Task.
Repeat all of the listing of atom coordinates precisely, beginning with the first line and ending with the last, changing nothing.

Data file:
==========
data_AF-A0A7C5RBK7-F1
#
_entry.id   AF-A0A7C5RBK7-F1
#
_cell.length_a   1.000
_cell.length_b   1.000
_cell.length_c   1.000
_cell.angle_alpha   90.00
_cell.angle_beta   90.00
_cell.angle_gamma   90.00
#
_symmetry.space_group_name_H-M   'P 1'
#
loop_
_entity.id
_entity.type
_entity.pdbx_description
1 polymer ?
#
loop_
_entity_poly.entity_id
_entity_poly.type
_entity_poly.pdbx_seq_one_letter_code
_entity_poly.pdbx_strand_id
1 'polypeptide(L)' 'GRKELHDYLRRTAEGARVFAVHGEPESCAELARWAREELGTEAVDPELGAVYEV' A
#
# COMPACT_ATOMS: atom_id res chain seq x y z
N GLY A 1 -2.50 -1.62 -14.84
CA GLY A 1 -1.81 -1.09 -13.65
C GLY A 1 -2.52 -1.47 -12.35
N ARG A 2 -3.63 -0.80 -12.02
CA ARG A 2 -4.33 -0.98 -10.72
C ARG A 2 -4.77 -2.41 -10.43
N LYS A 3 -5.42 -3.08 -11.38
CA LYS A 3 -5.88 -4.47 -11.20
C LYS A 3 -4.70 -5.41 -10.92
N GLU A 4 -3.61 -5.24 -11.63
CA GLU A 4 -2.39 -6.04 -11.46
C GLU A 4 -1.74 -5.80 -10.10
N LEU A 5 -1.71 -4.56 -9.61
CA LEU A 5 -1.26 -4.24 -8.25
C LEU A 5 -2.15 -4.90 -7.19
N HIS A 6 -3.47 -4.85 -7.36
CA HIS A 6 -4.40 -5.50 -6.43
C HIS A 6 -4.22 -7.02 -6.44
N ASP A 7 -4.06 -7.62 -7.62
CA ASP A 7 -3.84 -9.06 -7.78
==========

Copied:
data_AF-A0A7C5RBK7-F1
#
_entry.id   AF-A0A7C5RBK7-F1
#
_cell.length_a   1.000
_cell.length_b   1.000
_cell.length_c   1.000
_cell.angle_alpha   90.00
_cell.angle_beta   90.00
_cell.angle_gamma   90.00
#
_symmetry.space_group_name_H-M   'P 1'
#
loop_
_entity.id
_entity.type
_entity.pdbx_description
1 polymer ?
#
loop_
_entity_poly.entity_id
_entity_poly.type
_entity_poly.pdbx_seq_one_letter_code
_entity_poly.pdbx_strand_id
1 'polypeptide(L)' 'GRKELHDYLRRTAEGARVFAVHGEPESCAELARWAREELGTEAVDPELGAVYEV' A
#
# COMPACT_ATOMS: atom_id res chain seq x y z
N GLY A 1 -2.50 -1.62 -14.84
CA GLY A 1 -1.81 -1.09 -13.65
C GLY A 1 -2.52 -1.47 -12.35
N ARG A 2 -3.63 -0.80 -12.02
CA ARG A 2 -4.33 -0.98 -10.72
C ARG A 2 -4.77 -2.41 -10.43
N LYS A 3 -5.42 -3.08 -11.38
CA LYS A 3 -5.88 -4.47 -11.20
C LYS A 3 -4.70 -5.41 -10.92
N GLU A 4 -3.61 -5.24 -11.63
CA GLU A 4 -2.39 -6.04 -11.46
C GLU A 4 -1.74 -5.80 -10.10
N LEU A 5 -1.71 -4.56 -9.61
CA LEU A 5 -1.26 -4.24 -8.25
C LEU A 5 -2.15 -4.90 -7.19
N HIS A 6 -3.47 -4.85 -7.36
CA HIS A 6 -4.40 -5.50 -6.43
C HIS A 6 -4.22 -7.02 -6.44
N ASP A 7 -4.06 -7.62 -7.62
CA ASP A 7 -3.84 -9.06 -7.78